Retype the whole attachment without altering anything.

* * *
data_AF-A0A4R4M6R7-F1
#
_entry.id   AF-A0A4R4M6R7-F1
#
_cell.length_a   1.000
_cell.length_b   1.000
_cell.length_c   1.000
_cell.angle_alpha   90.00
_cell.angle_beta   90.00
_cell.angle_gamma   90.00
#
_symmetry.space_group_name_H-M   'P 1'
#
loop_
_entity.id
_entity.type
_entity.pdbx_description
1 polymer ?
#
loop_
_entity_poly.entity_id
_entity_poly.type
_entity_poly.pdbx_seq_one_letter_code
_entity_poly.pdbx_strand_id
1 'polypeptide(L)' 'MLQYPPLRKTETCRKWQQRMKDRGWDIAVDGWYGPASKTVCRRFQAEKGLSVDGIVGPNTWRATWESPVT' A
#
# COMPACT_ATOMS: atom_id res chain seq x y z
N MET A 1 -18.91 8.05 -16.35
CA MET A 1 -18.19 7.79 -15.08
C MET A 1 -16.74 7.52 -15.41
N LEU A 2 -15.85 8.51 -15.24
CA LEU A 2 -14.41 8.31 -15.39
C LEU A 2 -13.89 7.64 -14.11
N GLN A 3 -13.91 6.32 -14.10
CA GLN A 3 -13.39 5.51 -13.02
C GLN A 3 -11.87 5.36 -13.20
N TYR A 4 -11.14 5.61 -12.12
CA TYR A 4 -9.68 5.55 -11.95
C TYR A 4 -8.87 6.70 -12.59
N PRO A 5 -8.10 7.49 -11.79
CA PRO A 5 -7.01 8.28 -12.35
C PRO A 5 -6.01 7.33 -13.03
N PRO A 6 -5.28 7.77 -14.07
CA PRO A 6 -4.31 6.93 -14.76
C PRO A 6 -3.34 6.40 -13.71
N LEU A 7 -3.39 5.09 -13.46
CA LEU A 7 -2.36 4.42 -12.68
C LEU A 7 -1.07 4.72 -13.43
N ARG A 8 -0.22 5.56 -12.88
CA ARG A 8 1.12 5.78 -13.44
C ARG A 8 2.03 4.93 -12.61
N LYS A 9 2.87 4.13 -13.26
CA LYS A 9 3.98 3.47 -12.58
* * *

data_AF-A0A4R4M6R7-F1
#
_entry.id   AF-A0A4R4M6R7-F1
#
_cell.length_a   1.000
_cell.length_b   1.000
_cell.length_c   1.000
_cell.angle_alpha   90.00
_cell.angle_beta   90.00
_cell.angle_gamma   90.00
#
_symmetry.space_group_name_H-M   'P 1'
#
loop_
_entity.id
_entity.type
_entity.pdbx_description
1 polymer ?
#
loop_
_entity_poly.entity_id
_entity_poly.type
_entity_poly.pdbx_seq_one_letter_code
_entity_poly.pdbx_strand_id
1 'polypeptide(L)' 'MLQYPPLRKTETCRKWQQRMKDRGWDIAVDGWYGPASKTVCRRFQAEKGLSVDGIVGPNTWRATWESPVT' A
#
# COMPACT_ATOMS: atom_id res chain seq x y z
N MET A 1 -18.91 8.05 -16.35
CA MET A 1 -18.19 7.79 -15.08
C MET A 1 -16.74 7.52 -15.41
N LEU A 2 -15.85 8.51 -15.24
CA LEU A 2 -14.41 8.31 -15.39
C LEU A 2 -13.89 7.64 -14.11
N GLN A 3 -13.91 6.32 -14.10
CA GLN A 3 -13.39 5.51 -13.02
C GLN A 3 -11.87 5.36 -13.20
N TYR A 4 -11.14 5.61 -12.12
CA TYR A 4 -9.68 5.55 -11.95
C TYR A 4 -8.87 6.70 -12.59
N PRO A 5 -8.10 7.49 -11.79
CA PRO A 5 -7.01 8.28 -12.35
C PRO A 5 -6.01 7.33 -13.03
N PRO A 6 -5.28 7.77 -14.07
CA PRO A 6 -4.31 6.93 -14.76
C PRO A 6 -3.34 6.40 -13.71
N LEU A 7 -3.39 5.09 -13.46
CA LEU A 7 -2.36 4.42 -12.68
C LEU A 7 -1.07 4.72 -13.43
N ARG A 8 -0.22 5.56 -12.88
CA ARG A 8 1.12 5.78 -13.44
C ARG A 8 2.03 4.93 -12.61
N LYS A 9 2.87 4.13 -13.26
CA LYS A 9 3.98 3.47 -12.58